Sea Scouts take service very seriously. Sea Scouts perform various kinds of service from service to their ship, to community service. They participate service such as river or beach clean-up efforts, food drives, and youth programs. Sea Scouts also participate in flag ceremonies, and serve as honor guards at various community events.
Sea Scouts provides opportunities to share experiences with other young people who share your interests. As your ship participates in fun and exciting activities like sailing regattas, rowing races, and rendezvous, you’ll learn and grow with your shipmates. You’ll even have the opportunity to meet Sea Scouts from other parts of your community, the nation, and even the world!
Purpose Driven Skills…
Sea Scouting in action…
A terrific message from Dawn Riley, undeniably one of our country’s best sailors and finest Ambassadors to the sport of sailing and our maritime traditions.
Known as the Boy Scouts’ best kept secret, here is the BSA with a wonderful overview of the Sea Scout program and goals.
Listen to Hannah, our ’18-’19 Western Region Boatswain, tell you more about what to expect from the Sea Scouts.
Essential to every Sea Scout Ship…
At the core of every success organization, or country for that matter, is a manual, a set of “to-dos” to follow. Having been in existence for over 100 years, the Sea Scouts have had the time to continually learn, then build upon their manual, and the end (current day) result is an excellent navigational guide for our Ship.
Advancement is an important part of the Sea Scout experience. The experiences, located here, help Sea Scouts to set realistic goals to achieve rank, accomplish projects, and gain knowledge and understanding of the world around them.There are many opportunities for advancement in Sea Scouts. Included are the trails to Eagle and Quartermaster. Each of these trails is a highlight experience, but each requires the Sea Scout to set his (or her, in the case of the Quartermaster Award) own goals and follow through to achievement. The requirements for advancement were designed by Sea Scout youth to establish standards of performance for all Sea Scouts.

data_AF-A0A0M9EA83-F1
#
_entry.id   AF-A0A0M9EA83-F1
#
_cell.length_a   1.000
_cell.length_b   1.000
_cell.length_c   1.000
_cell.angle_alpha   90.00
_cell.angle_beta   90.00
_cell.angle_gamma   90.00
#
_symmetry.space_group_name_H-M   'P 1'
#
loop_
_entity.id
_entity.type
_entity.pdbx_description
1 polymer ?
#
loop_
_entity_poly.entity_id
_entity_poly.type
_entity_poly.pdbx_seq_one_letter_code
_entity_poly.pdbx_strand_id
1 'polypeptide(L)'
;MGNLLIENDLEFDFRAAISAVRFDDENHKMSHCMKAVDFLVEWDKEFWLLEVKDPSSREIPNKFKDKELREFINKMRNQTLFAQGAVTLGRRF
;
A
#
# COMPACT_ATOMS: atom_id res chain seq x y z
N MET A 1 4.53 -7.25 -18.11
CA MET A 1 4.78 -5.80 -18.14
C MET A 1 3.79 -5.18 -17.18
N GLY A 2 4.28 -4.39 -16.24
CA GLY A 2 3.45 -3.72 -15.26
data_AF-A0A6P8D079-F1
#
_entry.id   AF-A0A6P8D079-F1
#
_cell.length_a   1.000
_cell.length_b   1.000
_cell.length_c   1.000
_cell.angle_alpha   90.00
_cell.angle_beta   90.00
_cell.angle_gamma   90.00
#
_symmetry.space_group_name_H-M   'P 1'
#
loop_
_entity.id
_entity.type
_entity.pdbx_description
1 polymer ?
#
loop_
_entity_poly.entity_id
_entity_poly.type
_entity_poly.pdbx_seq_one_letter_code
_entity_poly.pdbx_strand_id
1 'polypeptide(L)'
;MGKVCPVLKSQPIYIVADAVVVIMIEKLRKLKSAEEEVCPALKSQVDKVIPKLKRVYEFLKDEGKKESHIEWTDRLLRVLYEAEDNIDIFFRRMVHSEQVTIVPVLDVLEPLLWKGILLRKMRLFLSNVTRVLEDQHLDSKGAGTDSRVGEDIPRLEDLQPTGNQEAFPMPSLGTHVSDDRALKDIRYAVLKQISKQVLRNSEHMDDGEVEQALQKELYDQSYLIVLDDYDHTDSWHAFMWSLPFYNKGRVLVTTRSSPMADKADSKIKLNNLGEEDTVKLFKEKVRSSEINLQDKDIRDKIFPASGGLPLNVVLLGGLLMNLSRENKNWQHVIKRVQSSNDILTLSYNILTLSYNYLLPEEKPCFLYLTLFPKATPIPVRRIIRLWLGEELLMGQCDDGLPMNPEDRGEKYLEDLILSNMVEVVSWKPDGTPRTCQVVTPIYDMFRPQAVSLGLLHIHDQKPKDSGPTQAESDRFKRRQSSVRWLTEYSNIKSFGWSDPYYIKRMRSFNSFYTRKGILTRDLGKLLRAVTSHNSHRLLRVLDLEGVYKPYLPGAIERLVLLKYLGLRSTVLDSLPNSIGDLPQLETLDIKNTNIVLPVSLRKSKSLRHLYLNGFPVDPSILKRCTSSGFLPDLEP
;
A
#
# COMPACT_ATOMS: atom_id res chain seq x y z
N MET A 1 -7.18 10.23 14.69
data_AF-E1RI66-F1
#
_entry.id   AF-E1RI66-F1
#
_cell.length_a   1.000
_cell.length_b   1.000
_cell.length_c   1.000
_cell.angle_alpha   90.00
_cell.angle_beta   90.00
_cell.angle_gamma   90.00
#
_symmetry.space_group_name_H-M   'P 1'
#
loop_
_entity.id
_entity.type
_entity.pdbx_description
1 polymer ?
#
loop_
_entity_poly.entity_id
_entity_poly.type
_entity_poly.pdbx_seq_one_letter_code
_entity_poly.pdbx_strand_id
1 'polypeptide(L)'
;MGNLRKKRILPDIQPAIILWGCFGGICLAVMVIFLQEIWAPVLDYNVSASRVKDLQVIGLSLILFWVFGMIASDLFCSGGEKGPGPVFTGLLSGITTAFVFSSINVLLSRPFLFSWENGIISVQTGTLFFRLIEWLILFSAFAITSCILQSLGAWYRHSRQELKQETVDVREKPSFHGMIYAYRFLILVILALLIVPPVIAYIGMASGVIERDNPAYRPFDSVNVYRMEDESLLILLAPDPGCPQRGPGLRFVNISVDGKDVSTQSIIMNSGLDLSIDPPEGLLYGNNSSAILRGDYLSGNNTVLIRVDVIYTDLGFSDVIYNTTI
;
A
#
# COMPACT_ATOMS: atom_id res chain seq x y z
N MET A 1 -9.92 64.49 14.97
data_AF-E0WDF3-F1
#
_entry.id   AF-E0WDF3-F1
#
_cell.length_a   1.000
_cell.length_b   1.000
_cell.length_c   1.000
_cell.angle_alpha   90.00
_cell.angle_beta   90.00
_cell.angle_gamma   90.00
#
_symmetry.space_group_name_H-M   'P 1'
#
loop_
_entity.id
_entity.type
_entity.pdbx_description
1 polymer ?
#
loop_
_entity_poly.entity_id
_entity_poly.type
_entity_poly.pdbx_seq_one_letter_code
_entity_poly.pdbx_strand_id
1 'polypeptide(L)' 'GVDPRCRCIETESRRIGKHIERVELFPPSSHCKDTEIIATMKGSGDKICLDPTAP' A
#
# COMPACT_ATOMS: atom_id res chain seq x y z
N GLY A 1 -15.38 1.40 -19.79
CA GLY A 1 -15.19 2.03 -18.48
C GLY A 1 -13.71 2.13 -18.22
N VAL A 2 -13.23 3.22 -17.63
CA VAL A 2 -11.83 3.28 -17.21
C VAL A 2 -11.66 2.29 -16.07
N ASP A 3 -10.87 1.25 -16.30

Recognition is an important part of the Sea Scout experience. The experiences, found here in detail, help Sea Scouts to set realistic goals, accomplish projects, and gain knowledge and understanding of the world around them.
Uniforming is an important part of developing program recognition and self-identity. By wearing the Sea Scout uniform, youth make a statement to observers about courtesy, thoughtfulness, honesty, and other core values that convey character.
Working on a vessel reinforces the fact that with privilege comes responsibility. The same is true with the privilege of wearing the Sea Scout uniform. Anything done while wearing the uniform reflects upon the reputation of all Sea Scouts in our nation. It becomes each Sea Scout’s responsibility to always do the right thing, and it becomes each Sea Scout’s responsibility to keep the Sea Scout uniform correctly creased, cleaned, and maintained.
Ship 3500 will be wearing the New Century Universal Uniform, found here, but with some modifications which have been made specifically for our desert environment. Wherever possible, our uniforms will be rip-stop material (shirts, shorts, and pants) because due to our heat, we will be going in and on the water at a moments notice, and we will need to dry off just a quickly. We are currently working with a few suppliers on discounted pricing and will have the details posted shortly.